Homo Moralis—Preference Evolution Under Incomplete Information and Assortative Matching
What preferences will prevail in a society of rational individuals when preference evolution is driven by their success in terms of resulting payoffs? We show that when individualsâ€™ preferences are their private information, a convex combinations of selfishness and morality stand out as evolutionarily stable. We call individuals with such preferences homo moralis. At one end of the spectrum is homo oeconomicus, who acts so as to maximize his or her material payoff. At the opposite end is homo kantiensis, who does what would be â€œthe right thing to do,â€ in terms of material payoffs, if all others would do likewise. We show that the stable degree of morality - the weight placed on the moral goal - equals the index of assortativity in the matching process. The motivation of homo moralis is arguably compatible with how people often reason, and the induced behavior agrees with pro-social behaviors observed in many laboratory experiments.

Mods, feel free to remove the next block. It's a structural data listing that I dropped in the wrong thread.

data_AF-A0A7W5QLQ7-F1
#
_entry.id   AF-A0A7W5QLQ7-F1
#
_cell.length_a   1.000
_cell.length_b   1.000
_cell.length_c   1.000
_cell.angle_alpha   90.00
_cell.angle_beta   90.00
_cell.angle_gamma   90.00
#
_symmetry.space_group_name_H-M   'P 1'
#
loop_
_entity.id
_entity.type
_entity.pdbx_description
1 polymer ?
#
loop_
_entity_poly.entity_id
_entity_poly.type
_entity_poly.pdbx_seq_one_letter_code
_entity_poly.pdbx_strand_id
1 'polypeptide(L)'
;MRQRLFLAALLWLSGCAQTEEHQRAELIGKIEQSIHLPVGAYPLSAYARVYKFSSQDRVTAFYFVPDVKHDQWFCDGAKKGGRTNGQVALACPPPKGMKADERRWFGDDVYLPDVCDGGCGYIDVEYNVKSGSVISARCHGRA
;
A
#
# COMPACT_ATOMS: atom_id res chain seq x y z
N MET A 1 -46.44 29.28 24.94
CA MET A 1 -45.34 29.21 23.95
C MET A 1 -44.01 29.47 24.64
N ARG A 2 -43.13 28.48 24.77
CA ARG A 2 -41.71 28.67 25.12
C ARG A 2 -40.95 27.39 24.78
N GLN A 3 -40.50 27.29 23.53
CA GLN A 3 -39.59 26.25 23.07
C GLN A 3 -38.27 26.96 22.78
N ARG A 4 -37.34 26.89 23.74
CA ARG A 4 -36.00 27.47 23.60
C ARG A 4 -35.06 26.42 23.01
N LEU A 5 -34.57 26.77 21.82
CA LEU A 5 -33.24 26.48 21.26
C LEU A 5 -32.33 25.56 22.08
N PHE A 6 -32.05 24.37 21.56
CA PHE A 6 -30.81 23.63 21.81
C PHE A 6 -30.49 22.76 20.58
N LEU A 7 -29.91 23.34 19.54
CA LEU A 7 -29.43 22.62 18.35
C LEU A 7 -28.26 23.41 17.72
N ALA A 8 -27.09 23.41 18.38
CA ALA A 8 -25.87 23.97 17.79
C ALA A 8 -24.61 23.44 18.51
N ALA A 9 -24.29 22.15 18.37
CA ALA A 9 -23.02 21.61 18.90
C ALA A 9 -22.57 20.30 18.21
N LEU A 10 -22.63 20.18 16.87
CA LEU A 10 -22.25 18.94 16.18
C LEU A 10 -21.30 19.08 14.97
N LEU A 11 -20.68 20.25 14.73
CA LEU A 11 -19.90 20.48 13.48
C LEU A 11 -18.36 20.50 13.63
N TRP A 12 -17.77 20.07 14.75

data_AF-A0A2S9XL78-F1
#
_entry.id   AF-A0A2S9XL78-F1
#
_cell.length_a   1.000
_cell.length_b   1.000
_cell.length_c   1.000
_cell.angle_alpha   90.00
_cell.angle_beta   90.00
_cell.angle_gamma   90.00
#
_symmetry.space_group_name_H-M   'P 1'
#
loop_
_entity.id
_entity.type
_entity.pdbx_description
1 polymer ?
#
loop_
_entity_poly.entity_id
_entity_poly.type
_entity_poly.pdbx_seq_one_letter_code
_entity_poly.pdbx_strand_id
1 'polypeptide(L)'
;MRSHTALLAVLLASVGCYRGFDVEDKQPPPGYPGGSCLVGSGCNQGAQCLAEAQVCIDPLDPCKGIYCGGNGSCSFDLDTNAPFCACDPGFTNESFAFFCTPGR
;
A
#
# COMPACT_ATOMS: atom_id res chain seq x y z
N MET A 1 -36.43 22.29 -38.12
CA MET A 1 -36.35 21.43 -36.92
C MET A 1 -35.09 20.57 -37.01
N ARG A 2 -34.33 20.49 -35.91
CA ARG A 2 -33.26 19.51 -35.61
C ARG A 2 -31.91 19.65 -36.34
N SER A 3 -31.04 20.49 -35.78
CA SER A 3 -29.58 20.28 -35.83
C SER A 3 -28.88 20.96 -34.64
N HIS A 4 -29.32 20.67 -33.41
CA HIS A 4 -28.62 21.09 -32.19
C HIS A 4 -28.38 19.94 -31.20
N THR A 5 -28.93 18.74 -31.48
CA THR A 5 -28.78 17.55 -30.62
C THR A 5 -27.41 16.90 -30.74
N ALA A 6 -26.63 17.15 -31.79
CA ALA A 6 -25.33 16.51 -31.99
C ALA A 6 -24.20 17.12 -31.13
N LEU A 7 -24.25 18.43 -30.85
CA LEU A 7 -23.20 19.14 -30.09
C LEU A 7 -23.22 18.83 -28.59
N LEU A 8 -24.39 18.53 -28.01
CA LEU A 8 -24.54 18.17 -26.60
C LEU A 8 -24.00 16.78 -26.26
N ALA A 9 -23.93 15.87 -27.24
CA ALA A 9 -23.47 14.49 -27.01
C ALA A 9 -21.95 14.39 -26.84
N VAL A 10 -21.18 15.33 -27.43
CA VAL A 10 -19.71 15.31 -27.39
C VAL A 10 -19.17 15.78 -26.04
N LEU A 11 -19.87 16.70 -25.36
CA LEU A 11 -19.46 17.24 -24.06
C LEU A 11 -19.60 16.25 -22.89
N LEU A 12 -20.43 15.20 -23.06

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Volume (Year): 81 (2013)
Issue (Month): 6 (November)
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